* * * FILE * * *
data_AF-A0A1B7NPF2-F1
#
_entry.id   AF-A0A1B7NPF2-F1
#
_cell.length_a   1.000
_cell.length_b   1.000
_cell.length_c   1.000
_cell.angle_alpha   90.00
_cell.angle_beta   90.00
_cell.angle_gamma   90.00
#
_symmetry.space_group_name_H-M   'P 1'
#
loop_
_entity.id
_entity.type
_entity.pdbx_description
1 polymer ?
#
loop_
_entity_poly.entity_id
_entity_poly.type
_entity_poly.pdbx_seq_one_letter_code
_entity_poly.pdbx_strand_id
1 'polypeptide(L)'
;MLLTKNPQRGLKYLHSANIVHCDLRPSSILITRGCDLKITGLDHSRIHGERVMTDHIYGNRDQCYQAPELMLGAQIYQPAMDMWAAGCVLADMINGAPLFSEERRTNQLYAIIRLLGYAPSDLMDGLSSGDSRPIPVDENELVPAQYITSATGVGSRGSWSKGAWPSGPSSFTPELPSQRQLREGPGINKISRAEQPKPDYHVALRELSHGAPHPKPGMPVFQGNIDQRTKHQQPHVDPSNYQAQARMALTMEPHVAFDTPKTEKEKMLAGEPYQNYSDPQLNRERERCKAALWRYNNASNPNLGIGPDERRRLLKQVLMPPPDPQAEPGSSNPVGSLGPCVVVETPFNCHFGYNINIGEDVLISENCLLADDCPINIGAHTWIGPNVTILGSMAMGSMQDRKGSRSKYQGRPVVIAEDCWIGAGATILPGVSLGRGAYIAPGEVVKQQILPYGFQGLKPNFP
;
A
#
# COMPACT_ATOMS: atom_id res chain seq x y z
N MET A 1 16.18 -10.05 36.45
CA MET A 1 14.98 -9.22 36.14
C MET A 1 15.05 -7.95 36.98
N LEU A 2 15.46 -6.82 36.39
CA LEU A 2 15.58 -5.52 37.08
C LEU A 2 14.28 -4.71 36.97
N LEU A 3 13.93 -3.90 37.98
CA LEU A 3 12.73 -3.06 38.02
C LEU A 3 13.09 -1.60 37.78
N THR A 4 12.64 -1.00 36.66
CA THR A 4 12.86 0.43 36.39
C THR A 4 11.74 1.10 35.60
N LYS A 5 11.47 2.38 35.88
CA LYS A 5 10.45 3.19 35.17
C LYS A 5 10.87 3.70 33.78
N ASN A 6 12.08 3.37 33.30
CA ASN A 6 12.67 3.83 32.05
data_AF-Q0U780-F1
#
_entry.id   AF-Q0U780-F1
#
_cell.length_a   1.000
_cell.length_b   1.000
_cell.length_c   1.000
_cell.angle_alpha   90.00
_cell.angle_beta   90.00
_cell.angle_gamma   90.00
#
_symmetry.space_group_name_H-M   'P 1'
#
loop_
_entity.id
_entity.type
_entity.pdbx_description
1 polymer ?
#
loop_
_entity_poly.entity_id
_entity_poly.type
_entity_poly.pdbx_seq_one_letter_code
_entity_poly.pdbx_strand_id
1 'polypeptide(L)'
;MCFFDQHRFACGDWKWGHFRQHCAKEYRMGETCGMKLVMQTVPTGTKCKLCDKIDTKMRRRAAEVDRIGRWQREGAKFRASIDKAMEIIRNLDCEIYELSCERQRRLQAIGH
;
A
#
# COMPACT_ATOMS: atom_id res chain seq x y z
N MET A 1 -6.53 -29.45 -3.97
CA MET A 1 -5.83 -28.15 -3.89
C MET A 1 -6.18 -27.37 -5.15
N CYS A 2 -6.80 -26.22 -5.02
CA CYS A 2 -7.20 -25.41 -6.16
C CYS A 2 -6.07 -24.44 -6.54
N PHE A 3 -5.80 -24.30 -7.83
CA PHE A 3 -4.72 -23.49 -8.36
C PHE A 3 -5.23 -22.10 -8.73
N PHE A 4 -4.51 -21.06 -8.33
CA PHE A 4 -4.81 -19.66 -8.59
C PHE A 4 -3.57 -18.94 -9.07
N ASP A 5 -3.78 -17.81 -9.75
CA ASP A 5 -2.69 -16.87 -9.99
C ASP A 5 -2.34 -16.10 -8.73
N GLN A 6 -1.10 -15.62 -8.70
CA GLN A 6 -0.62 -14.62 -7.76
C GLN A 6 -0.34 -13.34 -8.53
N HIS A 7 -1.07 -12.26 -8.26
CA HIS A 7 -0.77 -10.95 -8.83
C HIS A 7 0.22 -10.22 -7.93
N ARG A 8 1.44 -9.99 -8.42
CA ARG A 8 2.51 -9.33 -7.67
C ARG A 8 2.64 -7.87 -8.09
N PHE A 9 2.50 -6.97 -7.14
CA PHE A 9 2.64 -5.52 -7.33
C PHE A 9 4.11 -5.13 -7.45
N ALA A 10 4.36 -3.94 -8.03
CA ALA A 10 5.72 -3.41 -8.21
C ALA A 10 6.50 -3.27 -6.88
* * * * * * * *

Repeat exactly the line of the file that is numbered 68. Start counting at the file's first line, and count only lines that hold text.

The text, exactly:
_entity_poly.entity_id